As a young woman I was adventurous, at one point choosing to live for a year and a half in Yemen. During my time there I struggled with electricity outages, uncertain water, and a lack of support for development work. But the Yemenis went out of their way to be hospitable, their country had majestic scenery and architecture, and I became conversant in Arabic. Overall, the experience was a success.
Years later, when our two children were young, my husband, Sankar’s, company transferred us to Costa Rica. To my surprise, even though that country was vastly more comfortable and modern than Yemen, and I arrived with ample Spanish skills, life in an executive enclave turned out to be isolating, and the locals were less than welcoming. After we moved back to Minnesota, Sankar continued to travel overseas for work, but I rarely accompanied him.
My globe-trotting days seemed to have ended, but that was okay. I launched our children into adulthood and enjoyed books (often travel tales), movies, teaching, and a lively circle of friends.
Then, in December of 2009, we found out that Sankar’s employer was moving us again. This time it would be to Istanbul, Turkey.
My first reaction was negative. I didn’t yearn for more isolation and lack of productivity, and I was afraid that any discontentment due to being uprooted would hurt our marriage. “I don’t want to give up my Minnesota life,” I told my daughter.
Her reply jolted me. “Mom, all you do is read books and watch Project Runway reruns.”
Whoa! Was this what I had become? Maybe I needed to shake things up a little. I bought myself a Turkey guidebook and began to warm to the idea of the move. I vowed to bring a positive attitude to Asia Minor, and resolved to use all the resources I could to find meaningful activities there.
Adjusting my mindset was a good move, but the big surprise was that Turkey itself did much of the work: dazzling—and then transforming me. The country awakened my curiosity with half-forgotten names—Byzantium, Topkapi, The Whirling Dervishes—from my childhood. I learned that Turkish history is astoundingly relevant to Americans. For a thousand years Turkey was the site of the largest church in Christianity. All of the apostles visited Turkey, and the country produced Abraham, St. Nicholas, Aladdin, King Croesus, and Troy.
I found myself immersed in a glorious array of historical sites, regularly strolling into the crown jewel of Byzantium, the 5th century Hagia Sophia; and dropping by Nicea, home of the Nicene Creed I’d recited as a churchgoing child. I drove along the azure Euphrates River in eastern Turkey, and toured Troy, gazing across the Aegean at the island of Tenedos, where the Ancient Greeks had hidden their ships.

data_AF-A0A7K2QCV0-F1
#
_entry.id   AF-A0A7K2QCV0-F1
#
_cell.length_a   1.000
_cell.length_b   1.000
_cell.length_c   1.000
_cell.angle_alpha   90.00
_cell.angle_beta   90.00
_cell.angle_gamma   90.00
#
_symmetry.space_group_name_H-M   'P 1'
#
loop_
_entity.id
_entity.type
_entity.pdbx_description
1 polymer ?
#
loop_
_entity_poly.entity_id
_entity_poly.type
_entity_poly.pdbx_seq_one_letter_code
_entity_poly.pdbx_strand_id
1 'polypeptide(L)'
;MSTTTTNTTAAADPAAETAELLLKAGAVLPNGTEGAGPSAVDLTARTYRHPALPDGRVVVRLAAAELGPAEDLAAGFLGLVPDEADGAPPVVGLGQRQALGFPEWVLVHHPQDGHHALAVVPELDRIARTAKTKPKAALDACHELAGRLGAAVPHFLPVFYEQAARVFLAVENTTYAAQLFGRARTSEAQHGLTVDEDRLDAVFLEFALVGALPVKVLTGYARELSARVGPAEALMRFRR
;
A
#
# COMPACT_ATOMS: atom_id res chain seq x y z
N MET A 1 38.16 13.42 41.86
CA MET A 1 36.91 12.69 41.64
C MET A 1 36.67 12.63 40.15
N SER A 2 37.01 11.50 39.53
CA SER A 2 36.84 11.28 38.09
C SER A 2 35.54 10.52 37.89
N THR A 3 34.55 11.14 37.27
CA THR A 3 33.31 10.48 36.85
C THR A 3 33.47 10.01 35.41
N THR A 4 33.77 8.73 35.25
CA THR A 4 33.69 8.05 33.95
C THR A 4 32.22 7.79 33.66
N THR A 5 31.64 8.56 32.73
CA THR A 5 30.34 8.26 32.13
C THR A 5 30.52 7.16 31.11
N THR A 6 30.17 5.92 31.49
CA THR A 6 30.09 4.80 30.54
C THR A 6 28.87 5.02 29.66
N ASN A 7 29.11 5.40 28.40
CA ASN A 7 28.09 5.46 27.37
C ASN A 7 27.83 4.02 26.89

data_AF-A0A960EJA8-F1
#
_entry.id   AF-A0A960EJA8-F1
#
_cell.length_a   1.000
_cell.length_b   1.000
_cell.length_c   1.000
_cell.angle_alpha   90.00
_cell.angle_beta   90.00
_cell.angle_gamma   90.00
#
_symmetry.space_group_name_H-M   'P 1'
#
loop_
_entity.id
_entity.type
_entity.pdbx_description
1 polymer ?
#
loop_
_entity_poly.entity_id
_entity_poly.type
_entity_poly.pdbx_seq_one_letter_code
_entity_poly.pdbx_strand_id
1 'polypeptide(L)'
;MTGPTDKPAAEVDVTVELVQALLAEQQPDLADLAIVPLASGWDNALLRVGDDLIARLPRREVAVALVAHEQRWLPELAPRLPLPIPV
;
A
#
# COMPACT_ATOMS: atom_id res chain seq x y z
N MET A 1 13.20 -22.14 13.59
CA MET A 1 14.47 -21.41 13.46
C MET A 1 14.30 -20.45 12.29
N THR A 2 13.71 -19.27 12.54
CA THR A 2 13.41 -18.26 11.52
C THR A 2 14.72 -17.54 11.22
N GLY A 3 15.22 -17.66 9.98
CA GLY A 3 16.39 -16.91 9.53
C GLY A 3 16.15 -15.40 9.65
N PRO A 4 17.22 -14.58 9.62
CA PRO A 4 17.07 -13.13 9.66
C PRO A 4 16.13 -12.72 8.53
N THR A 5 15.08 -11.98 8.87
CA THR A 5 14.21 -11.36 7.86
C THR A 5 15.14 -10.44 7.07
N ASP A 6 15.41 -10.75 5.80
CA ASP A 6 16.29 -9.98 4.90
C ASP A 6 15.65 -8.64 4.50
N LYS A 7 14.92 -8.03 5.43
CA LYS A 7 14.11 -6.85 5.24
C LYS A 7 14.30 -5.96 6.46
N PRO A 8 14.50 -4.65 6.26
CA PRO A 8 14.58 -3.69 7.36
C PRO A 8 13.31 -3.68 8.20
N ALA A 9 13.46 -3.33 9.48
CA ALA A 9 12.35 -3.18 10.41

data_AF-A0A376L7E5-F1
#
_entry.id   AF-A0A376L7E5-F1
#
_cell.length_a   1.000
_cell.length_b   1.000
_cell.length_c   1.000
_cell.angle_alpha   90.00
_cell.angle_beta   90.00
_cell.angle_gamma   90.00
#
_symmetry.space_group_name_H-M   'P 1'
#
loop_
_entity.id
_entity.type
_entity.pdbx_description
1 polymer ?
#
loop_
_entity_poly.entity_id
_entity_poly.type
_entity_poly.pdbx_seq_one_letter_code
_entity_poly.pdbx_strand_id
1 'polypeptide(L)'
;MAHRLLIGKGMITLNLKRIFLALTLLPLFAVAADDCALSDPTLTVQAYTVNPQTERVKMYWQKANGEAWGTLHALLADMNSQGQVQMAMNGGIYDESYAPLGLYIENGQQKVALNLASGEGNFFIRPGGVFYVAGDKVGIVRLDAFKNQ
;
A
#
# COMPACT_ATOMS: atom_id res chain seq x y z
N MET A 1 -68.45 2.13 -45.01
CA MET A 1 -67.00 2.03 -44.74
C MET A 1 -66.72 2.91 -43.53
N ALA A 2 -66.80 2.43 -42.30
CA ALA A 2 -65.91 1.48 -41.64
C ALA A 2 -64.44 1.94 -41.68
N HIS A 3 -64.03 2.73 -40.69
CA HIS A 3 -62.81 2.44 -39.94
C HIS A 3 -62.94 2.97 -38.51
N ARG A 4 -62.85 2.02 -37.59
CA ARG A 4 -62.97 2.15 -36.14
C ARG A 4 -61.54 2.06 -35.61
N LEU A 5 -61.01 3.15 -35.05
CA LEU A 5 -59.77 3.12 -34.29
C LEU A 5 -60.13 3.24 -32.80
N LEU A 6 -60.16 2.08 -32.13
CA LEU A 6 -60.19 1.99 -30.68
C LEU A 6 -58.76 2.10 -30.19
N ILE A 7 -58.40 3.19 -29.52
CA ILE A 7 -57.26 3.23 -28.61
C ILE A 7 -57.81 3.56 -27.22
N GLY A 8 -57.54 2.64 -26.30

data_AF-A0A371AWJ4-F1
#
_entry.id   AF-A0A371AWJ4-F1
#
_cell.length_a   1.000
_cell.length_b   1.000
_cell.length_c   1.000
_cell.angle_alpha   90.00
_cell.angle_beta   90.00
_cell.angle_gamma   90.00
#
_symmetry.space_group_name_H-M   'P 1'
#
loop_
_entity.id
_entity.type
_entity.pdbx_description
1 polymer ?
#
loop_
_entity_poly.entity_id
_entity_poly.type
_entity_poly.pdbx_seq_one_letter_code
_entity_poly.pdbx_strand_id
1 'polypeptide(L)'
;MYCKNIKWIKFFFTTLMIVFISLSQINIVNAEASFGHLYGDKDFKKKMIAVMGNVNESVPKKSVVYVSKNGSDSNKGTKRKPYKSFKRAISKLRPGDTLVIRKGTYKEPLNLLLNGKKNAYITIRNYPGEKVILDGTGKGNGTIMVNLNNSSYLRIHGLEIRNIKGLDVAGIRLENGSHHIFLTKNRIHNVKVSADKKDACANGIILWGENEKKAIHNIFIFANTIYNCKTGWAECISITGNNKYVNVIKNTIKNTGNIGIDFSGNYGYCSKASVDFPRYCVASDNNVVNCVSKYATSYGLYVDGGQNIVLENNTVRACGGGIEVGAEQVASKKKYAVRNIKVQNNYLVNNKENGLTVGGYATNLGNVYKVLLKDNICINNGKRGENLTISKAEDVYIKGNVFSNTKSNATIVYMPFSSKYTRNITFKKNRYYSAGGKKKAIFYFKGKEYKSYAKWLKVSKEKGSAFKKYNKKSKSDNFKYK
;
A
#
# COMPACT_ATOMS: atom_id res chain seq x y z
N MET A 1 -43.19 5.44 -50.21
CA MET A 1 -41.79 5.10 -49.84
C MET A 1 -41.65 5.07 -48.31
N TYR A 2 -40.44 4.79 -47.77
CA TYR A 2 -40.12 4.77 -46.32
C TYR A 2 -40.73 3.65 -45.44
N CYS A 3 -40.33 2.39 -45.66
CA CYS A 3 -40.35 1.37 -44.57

And the Turkish people were magnificent. Friends and strangers alike were unfailingly generous and welcoming. A Kurdish family we chatted with alongside the pool of Abraham in Sanliurfa invited us to his house for dinner. A pious old Turkish man rushed to help our daughter when her sandal fell apart in an area crowded with tourists. A Turkish man offered us their prepaid toll card when we foolishly drove on a tollway without paying. And a Turkish couple drove a half hour out of their way to guide us out when we got lost in western Turkey. Mary Lee Settle, in her novel Turkish Reflections, sums it up better than I can:
“I found there the greatest capacity for friendship I have ever known. It was in the genes and in the past of the Turkish people, so deep and so beyond individual choice that I have wondered ever since about its sources.”
My experiences in Yemen had been similar, but over the thirty plus years since I lived there, I’d started to doubt my conclusions. Now I was sure. What I was seeing was Islam.
Thanks to Turkey’s dazzling sites and exceptional people–and thanks to a tough, but rewarding year spent teaching English there–my time there was one of personal and professional renewal.
I’ve written about this transformation in Sue’s Turkish Adventures, and now I’ve gathered my tales together into a book whose working title is, The Call: Three Years in Turkey. I’m hoping it will gain a wider audience. In the meantime, I am sending lots of love to what is, IMHO, the best foreign country in the entire world!